They were carefully clipped. All the edges neatly cut and then crisply folded along the columns. In the top margin, in that compact, neat handwriting that everyone must have been taught in the 1930s, was written in ballpoint pen “for Nancy” or “Nancy read.”
I still remember how my blood would boil whenever I saw those clippings and that script. In my younger days it was stories of caution, teenagers killed in wrecks, maimed beyond recognition or perhaps that teen sex quiz from the always infuriating, holier-than-thou, Ann Landers. Sometimes they were tales of heartbreaking cruelty, always child upon mother, never mother upon child. Oh no, the cruelest blows were dealt by children. Those ungrateful, hurtful creatures. There also were the reports of success, those that made mothers so proud. Which always led to her wondering aloud why other mothers were given these talented, beautiful, petite ladies. Why, oh why was she visited with these thankless, wicked heifers?
In later years, as I had my own daughters, the stories changed. Now it was time for me to read about those mothers who tortured and beat their children. Those who neglected, tormented, abandoned, forsook, and all the other things she was sure I might be already guilty of or tempted to commit. And of course, the saintly Ann Landers had lots to say on the subject. How headstrong, know-it-all daughters wounded their mothers by not taking advantage of their experience and superior mothering skills.
As we both grew older the frequent clippings continued. They were always there when I arrived to visit. Waiting on the top shelf of the bookcase. The subject matter changed again with elder abuse eventually topping the list. The many ways the aging were left out, left behind, taken advantage of, dumped in rest homes, mistreated, deprived, and always handled with disrespect. Abandoned by family, enduring lonely holidays, starving to death, dying and the pitiful remains having time to become mummified before the selfish, thoughtless offspring came to check. Flimflammed by their own spawn, ignored by their progeny, snubbed by their offspring. The list was a long one. And she saw herself as victim to each and every one.
I no longer have anyone clipping the newspaper for me. I barely know anyone who takes a newspaper anymore. But it recently occurred to me that, as I click SHARE, I’m repeating that behavior. I recently looked back at my shares. I found a recipe, Brian Williams rapping “Gin and Juice,” a cartoon, and notice of a son-in-law’s upcoming gallery show. Not a single murder or mayhem story. No sad tales of child or elder abuse. Ann Landers is nowhere to be found. Now I can’t help but wonder if she was right. I am a thoughtless, reckless mother. Without my constant warnings how will by family avoid decapitation by an unsecured cargo, or the deadly flipped liver? Can they survive without learning how to avoid molesters hidden under their cars or lurking in stairways, gazing up, hoping to see London and France? And for goodness sakes, they sure won’t be inclined to care for me in my dotage if I don’t tell them about all the ways others fail.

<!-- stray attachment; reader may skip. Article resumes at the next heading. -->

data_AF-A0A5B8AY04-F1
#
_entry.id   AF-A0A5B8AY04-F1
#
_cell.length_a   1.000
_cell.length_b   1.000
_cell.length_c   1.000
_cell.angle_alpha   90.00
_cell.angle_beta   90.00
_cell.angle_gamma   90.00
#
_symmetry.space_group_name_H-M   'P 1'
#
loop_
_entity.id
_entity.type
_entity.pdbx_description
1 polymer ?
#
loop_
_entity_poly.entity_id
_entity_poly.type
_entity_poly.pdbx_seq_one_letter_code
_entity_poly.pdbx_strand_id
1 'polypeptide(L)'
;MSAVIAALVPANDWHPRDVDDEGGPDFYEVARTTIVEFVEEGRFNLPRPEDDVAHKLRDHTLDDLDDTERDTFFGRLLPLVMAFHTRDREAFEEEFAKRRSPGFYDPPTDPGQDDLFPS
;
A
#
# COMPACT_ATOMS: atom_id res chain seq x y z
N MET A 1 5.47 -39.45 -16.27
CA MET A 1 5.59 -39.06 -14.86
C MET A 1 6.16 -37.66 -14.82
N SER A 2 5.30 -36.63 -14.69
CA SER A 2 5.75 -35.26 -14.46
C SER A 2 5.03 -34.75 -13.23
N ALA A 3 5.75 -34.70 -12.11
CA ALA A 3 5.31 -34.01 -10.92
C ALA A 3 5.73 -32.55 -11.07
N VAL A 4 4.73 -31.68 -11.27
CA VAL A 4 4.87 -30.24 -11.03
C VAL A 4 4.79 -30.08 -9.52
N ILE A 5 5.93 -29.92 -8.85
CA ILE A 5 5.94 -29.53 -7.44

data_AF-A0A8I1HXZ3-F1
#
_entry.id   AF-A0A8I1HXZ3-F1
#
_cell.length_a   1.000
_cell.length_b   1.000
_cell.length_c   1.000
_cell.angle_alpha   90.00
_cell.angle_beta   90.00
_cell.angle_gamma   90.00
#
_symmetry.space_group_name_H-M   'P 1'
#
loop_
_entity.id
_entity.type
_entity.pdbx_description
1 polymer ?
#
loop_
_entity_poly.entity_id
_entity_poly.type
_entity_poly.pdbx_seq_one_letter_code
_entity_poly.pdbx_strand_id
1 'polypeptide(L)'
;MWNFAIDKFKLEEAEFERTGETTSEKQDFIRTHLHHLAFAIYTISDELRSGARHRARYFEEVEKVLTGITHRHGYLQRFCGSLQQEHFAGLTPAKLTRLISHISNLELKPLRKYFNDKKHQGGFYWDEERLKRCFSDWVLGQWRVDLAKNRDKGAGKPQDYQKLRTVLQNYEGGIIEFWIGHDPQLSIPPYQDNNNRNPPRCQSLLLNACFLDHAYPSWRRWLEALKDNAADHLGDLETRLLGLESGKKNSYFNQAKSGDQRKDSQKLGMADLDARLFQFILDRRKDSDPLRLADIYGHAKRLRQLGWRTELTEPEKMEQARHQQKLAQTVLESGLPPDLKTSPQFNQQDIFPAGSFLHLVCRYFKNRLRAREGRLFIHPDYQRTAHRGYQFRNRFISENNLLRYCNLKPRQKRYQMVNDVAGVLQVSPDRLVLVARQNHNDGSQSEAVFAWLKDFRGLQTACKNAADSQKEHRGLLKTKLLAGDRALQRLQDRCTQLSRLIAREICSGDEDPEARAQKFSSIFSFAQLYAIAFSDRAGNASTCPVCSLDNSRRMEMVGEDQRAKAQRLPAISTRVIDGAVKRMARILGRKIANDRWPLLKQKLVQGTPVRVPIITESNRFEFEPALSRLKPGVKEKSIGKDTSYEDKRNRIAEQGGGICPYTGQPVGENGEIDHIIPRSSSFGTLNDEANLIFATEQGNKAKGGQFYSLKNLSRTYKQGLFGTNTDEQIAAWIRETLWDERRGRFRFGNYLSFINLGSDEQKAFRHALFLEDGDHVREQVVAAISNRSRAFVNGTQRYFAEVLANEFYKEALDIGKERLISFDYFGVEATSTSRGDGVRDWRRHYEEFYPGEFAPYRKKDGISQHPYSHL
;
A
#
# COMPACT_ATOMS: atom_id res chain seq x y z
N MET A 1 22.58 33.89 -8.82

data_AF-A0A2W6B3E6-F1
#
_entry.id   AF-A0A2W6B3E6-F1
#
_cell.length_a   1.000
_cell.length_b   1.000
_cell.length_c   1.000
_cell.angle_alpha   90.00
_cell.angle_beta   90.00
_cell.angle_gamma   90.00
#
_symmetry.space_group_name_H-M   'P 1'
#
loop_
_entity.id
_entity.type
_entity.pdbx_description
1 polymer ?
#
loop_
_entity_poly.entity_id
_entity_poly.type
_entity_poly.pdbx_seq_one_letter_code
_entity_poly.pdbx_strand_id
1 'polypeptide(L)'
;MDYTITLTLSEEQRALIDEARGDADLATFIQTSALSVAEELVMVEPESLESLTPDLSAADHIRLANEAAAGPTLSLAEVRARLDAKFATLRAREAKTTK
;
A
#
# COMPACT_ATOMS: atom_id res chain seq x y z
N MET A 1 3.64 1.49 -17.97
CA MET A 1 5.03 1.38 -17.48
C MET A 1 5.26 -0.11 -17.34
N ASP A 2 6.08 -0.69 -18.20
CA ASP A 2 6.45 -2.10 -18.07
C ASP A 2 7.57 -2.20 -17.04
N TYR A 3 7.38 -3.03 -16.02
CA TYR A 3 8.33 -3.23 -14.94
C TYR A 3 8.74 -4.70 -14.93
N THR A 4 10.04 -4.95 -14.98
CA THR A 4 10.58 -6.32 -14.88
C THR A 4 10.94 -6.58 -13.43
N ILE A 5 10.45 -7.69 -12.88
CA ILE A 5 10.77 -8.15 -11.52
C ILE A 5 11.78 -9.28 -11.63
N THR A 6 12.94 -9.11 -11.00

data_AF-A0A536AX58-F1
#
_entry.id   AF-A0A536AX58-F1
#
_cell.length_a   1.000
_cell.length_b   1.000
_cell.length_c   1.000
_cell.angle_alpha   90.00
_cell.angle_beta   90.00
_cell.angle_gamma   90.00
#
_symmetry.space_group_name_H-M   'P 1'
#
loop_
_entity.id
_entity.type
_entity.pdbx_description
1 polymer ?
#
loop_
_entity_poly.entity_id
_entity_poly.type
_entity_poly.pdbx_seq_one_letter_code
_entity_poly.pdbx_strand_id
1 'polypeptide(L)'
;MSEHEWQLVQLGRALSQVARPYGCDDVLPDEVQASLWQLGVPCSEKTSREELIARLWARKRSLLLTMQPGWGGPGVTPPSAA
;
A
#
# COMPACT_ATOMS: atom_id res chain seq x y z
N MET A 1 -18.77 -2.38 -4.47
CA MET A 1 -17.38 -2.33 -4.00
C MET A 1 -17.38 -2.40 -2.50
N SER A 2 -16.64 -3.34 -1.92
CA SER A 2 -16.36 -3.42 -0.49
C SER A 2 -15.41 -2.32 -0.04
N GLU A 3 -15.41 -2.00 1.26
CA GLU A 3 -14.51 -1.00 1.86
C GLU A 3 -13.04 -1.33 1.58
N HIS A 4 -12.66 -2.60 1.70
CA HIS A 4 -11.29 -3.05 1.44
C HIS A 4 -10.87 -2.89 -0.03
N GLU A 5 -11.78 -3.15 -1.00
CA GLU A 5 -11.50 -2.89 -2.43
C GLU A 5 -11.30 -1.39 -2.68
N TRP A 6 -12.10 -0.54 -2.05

Sometimes I run across one of those clippings. “For Nancy” or “Nancy read,” written at top. I look at that familiar neat handwriting. I might even read the headline of the article. And I wonder why I was never good enough, smart enough, pretty enough, caring enough, ladylike enough, proper enough, and generally, a disappointment in almost every respect. How would my life have been different if I had grown up with a mother who told me even one time that I was smart, or pretty, or even just that she was proud. It still stings deeply. For a brief moment I am profoundly sad. But I sure as shit don’t read the article.